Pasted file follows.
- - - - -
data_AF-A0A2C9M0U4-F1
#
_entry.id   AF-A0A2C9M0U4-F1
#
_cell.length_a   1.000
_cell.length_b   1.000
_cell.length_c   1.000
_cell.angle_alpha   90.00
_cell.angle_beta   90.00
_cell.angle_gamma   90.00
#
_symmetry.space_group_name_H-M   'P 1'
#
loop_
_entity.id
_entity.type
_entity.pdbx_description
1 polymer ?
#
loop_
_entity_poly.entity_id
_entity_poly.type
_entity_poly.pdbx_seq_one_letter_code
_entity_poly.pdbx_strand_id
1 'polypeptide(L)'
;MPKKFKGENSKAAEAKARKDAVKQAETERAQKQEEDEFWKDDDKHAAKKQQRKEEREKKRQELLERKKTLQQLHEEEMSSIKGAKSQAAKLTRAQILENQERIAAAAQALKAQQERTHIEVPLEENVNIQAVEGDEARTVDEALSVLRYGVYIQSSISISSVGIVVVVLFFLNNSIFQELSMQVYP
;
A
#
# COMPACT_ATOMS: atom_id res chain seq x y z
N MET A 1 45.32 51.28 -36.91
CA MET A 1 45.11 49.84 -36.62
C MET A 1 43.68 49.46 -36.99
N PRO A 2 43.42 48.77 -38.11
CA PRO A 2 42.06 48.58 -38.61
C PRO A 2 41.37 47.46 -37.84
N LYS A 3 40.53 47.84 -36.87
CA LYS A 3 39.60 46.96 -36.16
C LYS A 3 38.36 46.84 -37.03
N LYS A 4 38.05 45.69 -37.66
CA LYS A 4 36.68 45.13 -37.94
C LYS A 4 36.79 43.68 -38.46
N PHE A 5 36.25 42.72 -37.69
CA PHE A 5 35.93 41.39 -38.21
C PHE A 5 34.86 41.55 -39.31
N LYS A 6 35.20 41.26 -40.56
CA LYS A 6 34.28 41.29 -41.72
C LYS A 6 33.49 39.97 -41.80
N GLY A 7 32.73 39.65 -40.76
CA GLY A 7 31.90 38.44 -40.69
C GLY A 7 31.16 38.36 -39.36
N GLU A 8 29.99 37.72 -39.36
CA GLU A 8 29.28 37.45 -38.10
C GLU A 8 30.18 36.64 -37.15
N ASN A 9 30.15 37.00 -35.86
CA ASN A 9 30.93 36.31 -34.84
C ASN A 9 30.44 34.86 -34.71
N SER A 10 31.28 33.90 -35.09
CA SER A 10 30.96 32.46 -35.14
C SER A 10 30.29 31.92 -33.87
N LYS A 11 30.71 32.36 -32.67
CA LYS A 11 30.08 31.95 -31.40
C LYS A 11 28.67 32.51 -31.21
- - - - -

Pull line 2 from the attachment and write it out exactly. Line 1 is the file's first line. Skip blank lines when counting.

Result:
#